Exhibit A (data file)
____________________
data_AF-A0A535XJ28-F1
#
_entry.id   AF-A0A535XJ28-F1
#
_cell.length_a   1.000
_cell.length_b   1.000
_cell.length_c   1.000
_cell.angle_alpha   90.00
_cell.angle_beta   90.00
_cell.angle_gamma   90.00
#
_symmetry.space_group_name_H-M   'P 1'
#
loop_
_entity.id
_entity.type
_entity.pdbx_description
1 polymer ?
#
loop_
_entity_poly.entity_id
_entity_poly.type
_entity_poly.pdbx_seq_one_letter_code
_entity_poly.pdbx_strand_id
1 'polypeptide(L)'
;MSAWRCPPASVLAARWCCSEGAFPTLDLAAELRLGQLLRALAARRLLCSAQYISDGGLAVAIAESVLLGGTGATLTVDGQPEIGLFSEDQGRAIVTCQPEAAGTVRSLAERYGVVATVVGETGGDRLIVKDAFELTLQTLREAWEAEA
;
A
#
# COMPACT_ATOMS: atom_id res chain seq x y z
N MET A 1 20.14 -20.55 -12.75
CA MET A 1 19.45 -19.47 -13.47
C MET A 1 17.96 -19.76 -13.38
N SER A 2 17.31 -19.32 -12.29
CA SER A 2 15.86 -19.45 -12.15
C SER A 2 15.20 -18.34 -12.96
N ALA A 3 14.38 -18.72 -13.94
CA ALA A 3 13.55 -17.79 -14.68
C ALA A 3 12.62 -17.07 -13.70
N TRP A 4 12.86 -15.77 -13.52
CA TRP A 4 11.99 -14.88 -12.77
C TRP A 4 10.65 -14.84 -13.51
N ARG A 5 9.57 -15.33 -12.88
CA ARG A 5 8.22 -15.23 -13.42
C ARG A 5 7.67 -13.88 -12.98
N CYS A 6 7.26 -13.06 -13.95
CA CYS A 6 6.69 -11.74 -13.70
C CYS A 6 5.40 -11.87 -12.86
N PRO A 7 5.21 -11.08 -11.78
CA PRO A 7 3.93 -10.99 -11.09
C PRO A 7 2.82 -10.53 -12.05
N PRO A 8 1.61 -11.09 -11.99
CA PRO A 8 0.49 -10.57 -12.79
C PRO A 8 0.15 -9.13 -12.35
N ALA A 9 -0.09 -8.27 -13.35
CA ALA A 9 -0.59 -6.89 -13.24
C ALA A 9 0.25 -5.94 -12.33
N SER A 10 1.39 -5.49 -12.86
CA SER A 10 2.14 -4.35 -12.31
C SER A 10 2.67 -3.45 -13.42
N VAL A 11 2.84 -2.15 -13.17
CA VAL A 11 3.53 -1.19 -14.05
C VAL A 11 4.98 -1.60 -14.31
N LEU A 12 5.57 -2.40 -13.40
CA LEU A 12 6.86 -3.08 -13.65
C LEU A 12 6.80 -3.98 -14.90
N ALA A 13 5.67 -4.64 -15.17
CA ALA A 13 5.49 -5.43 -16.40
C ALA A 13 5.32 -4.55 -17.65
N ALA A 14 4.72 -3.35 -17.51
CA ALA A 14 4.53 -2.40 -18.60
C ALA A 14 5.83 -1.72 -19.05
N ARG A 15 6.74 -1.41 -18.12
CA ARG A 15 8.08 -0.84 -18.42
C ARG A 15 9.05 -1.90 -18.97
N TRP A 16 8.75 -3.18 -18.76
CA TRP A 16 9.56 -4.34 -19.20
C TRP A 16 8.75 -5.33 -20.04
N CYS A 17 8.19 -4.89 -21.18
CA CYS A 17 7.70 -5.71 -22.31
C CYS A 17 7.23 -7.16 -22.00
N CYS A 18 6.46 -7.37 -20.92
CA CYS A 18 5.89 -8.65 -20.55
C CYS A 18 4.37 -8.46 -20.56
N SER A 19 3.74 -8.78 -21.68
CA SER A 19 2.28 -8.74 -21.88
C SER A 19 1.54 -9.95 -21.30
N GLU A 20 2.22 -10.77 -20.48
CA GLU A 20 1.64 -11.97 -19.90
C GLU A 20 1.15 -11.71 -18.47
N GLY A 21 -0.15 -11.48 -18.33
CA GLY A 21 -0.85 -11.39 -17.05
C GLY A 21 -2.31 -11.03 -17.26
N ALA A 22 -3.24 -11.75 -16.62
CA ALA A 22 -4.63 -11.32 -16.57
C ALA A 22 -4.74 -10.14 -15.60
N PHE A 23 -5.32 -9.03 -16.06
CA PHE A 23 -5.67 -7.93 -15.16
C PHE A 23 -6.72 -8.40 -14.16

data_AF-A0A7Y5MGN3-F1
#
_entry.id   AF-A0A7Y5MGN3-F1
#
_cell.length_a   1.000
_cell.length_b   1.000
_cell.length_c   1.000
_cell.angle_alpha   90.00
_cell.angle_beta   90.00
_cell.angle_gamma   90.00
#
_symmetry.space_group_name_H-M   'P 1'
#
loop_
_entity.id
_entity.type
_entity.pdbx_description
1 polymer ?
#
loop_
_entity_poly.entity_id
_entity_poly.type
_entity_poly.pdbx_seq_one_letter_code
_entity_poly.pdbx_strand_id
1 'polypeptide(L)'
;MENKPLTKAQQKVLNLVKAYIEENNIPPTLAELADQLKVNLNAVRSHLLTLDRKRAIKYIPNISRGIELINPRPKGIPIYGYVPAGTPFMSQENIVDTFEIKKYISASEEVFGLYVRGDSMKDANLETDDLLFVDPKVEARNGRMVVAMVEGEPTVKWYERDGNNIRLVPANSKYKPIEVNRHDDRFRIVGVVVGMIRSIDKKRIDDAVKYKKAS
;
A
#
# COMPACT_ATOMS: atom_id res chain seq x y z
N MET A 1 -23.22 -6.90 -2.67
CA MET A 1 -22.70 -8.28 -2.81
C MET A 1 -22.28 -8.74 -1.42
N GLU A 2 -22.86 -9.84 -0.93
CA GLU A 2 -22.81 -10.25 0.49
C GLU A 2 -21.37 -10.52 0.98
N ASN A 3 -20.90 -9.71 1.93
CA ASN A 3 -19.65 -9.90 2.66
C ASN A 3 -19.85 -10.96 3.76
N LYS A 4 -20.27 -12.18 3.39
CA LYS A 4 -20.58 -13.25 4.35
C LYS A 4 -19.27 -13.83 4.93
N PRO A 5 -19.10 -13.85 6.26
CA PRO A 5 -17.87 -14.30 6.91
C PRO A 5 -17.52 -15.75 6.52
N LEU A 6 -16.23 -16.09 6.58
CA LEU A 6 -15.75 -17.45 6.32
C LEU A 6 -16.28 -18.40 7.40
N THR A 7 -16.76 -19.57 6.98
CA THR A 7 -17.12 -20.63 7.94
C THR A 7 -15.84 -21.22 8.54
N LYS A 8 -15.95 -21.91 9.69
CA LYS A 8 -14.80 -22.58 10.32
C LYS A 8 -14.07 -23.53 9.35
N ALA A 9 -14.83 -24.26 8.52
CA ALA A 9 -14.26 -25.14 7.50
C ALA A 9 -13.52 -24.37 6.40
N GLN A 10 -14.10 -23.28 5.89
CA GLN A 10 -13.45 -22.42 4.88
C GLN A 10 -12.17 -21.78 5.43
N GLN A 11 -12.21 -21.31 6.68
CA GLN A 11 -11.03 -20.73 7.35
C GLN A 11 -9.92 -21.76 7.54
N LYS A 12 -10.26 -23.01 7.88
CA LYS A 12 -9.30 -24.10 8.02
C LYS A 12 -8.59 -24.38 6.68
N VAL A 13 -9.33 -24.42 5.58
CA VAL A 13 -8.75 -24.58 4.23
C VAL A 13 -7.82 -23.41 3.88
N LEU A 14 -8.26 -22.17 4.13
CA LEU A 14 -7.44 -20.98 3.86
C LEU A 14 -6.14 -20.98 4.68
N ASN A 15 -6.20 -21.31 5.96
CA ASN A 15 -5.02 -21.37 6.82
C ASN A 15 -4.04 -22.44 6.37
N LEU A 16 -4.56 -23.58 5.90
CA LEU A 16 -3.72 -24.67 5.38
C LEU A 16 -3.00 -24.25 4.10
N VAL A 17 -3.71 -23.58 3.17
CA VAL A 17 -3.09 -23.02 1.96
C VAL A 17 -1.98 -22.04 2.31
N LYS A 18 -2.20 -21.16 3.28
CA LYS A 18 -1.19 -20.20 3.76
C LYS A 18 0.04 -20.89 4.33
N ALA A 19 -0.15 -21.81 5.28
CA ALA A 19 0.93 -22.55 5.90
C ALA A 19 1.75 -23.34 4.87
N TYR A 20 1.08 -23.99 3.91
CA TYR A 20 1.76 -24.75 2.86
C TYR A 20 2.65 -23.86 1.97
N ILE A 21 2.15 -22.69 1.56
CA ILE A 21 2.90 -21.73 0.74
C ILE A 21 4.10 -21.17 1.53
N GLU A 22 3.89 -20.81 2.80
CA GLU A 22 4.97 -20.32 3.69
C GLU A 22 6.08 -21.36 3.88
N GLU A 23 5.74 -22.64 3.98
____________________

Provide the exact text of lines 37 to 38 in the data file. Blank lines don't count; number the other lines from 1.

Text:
N ALA A 3 14.38 -18.72 -13.94
CA ALA A 3 13.55 -17.79 -14.68